Because People Care - they queued up for the opportunity to release a Red Knot on its way. From here, this bird will head all the way to Arctic Canada, before turning back south to southern Argentina again in late summer.

Because People Care - this Red Knot is able to continue to the Canadian Arctic, with a fat belly and a good energy supply in the tank for the journey. The application of small and lightweight leg flags allow individual birds to be identified and tracked in the field, without the need to recapture them. Birdwatchers can help with long term projects that study longevity and movements of these birds by noting the coding on the leg flag (together with the flag color) and reporting them on the shorebird banding website. Because we care about birds, we can all help in the process that allows us to understand birds better, such that we are better able to look after them.

Because People Care - they work together for the common good. Research into New Jersey's wildlife involves a consortium of many organizations; organizations that are coming together to form a powerful alliance, but which are nothing without your support. New Jersey residents regularly vote to conserve their open space and keep the Garden State green, and being a member of a conservation organization is all part of that process.

Friday, May 8, 2015

Not the best of views - but....

In the nick of time. This male Painted Bunting showed up this morning on Bayshore Road - fingers crossed that he stays until tomorrow, when viewing him against the light really won't matter! [Photo by Mike Crewe]

When you are taking photos against the light, you have to do a lot of tweaking in photoshop to get a reasonable picture - and you don't exactly get the best of views. And that about sums up the World Series of Birding - you don't exactly get the best of views, but getting the best of views is not the name of the game. Tomorrow, Saturday, May 9th, the Nation's bravest, craziest and most obsessive birders (as well as some thoroughly decent folks!) will be hot-footing it around New Jersey and checking off birds on their lists. A pointless exercise? Certainly not! For these great people are raising money for conservation, and for wildlife education and research. For every bird species they can check off, they will receive pledges from people who may not be taking part physically, but are very much a part of the day, for they have contributed the money that will serve wildlife for the coming year.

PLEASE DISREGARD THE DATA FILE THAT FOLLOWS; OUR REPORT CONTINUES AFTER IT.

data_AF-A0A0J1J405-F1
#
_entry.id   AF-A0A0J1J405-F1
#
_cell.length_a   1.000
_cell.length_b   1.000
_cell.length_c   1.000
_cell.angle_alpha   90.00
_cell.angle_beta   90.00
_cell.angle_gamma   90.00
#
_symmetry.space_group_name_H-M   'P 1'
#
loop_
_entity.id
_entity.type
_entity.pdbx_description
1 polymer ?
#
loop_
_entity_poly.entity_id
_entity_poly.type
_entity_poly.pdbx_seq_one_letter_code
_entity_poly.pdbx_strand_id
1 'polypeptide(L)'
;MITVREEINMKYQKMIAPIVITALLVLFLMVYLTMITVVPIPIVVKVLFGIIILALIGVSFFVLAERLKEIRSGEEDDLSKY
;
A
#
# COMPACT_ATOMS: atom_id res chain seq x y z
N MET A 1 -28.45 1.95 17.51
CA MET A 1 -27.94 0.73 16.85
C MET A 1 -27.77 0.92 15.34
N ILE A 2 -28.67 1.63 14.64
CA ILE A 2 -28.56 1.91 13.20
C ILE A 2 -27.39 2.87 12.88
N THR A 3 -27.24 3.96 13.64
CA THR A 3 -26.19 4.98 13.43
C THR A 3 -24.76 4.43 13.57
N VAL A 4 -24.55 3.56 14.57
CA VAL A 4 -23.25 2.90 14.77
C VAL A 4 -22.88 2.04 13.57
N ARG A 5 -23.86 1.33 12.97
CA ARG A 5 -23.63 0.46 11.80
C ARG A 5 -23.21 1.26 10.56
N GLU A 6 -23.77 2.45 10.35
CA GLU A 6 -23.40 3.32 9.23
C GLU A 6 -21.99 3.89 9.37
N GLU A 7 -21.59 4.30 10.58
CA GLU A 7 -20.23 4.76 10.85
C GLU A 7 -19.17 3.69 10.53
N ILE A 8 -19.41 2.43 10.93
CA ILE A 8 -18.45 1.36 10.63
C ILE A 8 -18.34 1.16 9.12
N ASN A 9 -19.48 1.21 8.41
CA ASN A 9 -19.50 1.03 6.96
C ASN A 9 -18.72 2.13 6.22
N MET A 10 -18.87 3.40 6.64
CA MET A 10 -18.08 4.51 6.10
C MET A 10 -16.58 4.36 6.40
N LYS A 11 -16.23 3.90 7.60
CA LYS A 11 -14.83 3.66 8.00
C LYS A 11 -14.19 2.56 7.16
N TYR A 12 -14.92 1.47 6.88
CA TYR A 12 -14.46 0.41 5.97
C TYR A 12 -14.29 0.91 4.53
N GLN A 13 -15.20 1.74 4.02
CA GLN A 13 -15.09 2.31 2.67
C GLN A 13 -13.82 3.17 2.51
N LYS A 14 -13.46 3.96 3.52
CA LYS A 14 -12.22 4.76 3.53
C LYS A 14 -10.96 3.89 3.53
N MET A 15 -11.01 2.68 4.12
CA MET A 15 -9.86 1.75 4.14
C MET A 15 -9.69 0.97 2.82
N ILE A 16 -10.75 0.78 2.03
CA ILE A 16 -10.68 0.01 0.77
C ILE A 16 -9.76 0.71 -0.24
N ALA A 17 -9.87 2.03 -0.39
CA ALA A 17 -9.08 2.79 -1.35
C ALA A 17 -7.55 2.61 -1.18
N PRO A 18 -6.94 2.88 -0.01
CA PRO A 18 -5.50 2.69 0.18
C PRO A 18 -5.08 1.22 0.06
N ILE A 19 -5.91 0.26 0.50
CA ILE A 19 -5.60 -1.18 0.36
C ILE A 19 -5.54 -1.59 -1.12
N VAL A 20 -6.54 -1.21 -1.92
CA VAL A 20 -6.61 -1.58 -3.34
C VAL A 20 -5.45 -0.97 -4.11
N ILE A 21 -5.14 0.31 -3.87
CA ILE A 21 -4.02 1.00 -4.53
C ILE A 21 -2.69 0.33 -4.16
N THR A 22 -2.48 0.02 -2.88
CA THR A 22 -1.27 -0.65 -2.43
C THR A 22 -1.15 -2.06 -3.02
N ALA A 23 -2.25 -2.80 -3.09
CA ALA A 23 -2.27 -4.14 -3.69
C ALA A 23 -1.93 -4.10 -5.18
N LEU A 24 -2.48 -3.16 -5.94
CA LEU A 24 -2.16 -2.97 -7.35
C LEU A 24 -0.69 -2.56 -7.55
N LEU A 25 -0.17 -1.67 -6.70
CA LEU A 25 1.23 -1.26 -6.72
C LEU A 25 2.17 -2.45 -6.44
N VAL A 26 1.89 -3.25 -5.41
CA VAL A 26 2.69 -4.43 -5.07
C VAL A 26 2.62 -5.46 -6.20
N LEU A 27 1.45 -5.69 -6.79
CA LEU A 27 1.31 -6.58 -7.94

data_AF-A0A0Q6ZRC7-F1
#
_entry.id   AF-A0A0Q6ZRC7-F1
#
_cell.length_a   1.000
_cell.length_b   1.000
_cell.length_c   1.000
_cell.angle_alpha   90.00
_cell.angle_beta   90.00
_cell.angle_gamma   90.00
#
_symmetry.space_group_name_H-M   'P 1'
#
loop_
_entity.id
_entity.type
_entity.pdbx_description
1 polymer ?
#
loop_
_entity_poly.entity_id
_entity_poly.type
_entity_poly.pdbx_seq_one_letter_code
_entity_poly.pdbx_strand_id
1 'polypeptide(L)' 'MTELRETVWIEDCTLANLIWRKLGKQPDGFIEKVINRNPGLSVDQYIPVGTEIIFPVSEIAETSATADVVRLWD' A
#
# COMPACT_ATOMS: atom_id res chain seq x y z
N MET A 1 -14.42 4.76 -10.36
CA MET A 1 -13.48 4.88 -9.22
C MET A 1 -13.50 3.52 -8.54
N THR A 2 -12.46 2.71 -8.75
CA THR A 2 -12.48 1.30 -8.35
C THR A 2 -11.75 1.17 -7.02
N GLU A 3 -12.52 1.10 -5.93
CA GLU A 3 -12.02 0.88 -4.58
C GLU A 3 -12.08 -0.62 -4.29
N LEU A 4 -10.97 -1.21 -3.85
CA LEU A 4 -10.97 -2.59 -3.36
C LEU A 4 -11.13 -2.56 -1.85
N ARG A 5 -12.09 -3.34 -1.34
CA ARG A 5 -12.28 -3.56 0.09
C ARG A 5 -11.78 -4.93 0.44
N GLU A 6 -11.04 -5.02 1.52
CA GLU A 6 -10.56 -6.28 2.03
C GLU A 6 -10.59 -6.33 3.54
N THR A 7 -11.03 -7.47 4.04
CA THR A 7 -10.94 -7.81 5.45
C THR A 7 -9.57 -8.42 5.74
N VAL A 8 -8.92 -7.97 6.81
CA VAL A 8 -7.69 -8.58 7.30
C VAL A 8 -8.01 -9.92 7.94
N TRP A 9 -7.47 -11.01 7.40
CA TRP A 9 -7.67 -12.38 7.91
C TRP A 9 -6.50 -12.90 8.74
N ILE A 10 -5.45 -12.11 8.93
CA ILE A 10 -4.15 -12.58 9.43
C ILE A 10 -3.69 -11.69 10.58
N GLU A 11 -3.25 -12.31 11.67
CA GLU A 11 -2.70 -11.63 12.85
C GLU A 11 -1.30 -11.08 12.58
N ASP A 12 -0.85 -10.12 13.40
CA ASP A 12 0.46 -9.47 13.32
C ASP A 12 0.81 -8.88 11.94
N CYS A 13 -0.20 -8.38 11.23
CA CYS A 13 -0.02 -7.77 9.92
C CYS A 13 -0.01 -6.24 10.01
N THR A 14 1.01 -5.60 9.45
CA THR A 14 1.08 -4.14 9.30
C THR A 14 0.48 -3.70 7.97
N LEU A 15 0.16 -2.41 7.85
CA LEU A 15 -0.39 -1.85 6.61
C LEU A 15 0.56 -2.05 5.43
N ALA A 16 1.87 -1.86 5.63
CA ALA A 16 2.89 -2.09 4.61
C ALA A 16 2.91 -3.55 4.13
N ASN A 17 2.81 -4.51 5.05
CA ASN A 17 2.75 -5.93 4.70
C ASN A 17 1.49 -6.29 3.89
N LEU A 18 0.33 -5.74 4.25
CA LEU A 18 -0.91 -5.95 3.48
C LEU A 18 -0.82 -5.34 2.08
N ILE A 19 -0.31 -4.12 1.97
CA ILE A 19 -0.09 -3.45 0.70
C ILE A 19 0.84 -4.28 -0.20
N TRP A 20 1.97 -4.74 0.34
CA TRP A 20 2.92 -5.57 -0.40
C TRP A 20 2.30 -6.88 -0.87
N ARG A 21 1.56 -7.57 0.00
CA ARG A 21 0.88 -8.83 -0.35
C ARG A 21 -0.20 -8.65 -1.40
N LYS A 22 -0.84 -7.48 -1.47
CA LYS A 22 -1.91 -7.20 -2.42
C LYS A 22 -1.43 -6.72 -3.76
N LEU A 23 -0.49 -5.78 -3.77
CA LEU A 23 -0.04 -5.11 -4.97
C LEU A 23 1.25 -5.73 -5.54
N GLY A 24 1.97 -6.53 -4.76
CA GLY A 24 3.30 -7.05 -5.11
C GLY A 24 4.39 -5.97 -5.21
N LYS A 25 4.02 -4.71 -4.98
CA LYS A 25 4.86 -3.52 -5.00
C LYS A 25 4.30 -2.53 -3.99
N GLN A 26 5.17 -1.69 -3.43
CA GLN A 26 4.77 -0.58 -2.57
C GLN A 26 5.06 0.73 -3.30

It might be too late for you to be a team player in the World Series of Birding for 2015, but there's still time to make a donation and feel that you are doing your bit. I would encourage you to find the time to visit the World Series of Birding web page and help us all on our way. The natural world that is so important to us thanks you for your generosity.

Sunday, April 26, 2015

Week in review: 18 – 24 April, 2015

CMBO is pleased to provide weekly summaries of the Cape's birding highlights. Coverage is limited to bird sightings in Cape May County. Readers should keep in mind that some reports may not be confirmed. The vast majority of information utilized in these reports comes from eBird data and "Keekeekerr" text alerts. Observers are also encouraged to send reports and photos to compiler Tom Reed (coturnicops at gmail dot com).

Location Abbreviations: CMP (town of Cape May Point); CMPSP (Cape May Point State Park); South Cape May Meadows (SCMM)


       Waterfowl numbers took another dip in recent days, though overall diversity remained above-average for the end of April. An exceptionally late Tundra Swan continued to linger at CMPSP/SCMM through at least 24 Apr (m. ob.). Other tardy waterbirds included an American Wigeon at CMPSP through the period (m. ob.), 4 Lesser Scaup at CMP 23 Apr (m. ob.), and a Red-necked Grebe at Nummy Island 18 Apr (AC). Northern Gannets were again obvious from CMP and the Atlantic Coast through the week, though numbers have decreased since about 20 Apr. Double-crested Cormorants moved north in strong numbers, highlighted by 8500+ from CMP 22 Apr (m. ob.). Migrating Common Loons were again noted every day, with an unprecedented high count of 364 tallied from CMP 22 Apr (TR, GDa et al.). There were several Cattle Egret reports, including 5 along Route 9 in Swainton 23 Apr (CM). Rare but annual in spring, an adult White-faced Ibis put in at least two appearances at Jake's Landing 19–20 Apr (TR, SR). Strong westerly winds likely played a role in the appearance of 2 Sandhill Cranes over CMP 24 Apr (TR, KL, m. ob.). The birds were last seen departing the Rea Farm/Beanery toward the north.